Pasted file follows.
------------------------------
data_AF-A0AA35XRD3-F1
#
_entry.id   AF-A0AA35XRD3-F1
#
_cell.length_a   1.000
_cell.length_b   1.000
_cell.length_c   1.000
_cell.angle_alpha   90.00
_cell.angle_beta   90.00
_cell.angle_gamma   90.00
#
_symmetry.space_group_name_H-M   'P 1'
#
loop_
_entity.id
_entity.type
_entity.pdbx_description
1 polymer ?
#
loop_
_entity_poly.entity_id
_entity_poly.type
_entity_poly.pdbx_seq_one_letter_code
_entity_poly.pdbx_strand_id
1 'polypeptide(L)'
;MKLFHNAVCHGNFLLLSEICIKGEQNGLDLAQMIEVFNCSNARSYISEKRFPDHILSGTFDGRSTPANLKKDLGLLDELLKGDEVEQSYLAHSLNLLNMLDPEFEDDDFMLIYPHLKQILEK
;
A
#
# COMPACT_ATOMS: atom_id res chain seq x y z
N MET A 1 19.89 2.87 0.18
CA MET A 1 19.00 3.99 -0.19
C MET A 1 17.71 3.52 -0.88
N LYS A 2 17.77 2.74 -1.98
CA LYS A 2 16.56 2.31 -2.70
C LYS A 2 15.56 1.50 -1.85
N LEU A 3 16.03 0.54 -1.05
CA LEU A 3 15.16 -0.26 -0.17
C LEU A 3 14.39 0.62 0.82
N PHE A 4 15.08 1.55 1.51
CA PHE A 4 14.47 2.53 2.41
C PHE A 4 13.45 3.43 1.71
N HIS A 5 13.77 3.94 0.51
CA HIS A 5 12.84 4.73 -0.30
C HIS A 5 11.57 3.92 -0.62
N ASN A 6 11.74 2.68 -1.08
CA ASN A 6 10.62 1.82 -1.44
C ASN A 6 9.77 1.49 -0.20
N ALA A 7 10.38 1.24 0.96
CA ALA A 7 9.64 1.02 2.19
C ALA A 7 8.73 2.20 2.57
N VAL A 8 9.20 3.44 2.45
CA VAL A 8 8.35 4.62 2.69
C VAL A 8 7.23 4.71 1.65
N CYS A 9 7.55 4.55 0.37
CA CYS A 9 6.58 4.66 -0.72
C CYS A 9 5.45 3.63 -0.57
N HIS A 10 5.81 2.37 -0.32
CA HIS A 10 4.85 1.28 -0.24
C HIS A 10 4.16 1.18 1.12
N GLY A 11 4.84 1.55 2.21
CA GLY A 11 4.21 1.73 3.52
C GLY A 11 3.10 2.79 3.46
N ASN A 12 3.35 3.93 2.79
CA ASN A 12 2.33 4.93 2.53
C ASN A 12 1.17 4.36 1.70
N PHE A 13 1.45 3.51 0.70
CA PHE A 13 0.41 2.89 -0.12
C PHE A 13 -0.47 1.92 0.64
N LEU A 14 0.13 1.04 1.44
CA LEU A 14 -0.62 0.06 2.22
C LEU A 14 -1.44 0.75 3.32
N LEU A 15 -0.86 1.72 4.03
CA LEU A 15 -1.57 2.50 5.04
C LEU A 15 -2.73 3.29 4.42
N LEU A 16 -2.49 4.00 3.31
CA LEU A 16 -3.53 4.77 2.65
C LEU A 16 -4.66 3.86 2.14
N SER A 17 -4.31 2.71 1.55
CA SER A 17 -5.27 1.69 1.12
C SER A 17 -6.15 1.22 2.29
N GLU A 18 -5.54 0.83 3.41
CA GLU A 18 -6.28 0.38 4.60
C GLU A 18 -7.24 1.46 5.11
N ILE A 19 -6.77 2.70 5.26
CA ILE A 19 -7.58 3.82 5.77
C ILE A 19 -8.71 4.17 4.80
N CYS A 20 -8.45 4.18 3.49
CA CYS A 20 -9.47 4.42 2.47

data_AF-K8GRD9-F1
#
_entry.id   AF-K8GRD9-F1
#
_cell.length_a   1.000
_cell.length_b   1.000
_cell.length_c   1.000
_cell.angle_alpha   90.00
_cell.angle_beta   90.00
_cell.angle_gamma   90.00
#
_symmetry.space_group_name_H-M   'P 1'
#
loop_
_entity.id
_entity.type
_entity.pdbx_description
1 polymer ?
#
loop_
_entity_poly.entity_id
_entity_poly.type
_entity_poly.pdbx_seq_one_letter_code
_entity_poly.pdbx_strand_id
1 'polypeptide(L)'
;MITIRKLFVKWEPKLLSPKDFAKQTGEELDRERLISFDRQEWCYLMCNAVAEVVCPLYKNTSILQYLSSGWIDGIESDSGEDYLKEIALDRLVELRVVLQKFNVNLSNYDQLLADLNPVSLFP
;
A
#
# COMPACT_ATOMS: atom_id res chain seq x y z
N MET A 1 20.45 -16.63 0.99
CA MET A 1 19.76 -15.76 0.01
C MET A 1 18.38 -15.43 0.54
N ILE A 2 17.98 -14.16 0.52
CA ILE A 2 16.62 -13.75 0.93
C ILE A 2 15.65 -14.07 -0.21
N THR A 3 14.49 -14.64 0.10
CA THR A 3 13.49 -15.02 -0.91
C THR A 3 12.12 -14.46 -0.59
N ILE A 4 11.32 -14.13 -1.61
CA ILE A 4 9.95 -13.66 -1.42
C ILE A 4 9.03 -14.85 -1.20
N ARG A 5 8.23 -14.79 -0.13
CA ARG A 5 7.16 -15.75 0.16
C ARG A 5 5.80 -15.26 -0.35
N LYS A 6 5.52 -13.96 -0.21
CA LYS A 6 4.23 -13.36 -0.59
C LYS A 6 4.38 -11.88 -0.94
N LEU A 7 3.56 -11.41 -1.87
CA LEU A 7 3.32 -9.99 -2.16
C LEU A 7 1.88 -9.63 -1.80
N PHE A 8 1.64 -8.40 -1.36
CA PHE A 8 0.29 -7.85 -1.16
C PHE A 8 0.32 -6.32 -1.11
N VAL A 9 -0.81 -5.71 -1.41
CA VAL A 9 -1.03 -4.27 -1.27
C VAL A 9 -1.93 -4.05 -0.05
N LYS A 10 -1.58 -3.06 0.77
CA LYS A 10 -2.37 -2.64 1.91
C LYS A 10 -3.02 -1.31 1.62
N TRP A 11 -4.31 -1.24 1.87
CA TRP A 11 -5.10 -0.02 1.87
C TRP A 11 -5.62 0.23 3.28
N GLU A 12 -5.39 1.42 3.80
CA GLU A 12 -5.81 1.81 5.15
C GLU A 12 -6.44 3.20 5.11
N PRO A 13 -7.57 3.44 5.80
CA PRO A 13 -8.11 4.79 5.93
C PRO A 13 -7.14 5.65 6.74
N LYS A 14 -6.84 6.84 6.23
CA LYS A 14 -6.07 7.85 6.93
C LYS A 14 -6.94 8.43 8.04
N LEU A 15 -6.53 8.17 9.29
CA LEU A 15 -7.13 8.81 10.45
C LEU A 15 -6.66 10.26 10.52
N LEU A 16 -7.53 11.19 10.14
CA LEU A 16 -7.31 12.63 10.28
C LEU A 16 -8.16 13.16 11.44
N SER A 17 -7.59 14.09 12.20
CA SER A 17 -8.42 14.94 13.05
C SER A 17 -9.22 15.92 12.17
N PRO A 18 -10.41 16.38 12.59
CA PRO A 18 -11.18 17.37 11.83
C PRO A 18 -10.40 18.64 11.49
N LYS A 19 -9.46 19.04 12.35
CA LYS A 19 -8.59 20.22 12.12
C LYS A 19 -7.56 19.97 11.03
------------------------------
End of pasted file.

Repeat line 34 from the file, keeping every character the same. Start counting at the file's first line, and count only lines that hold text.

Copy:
N LYS A 2 17.77 2.74 -1.98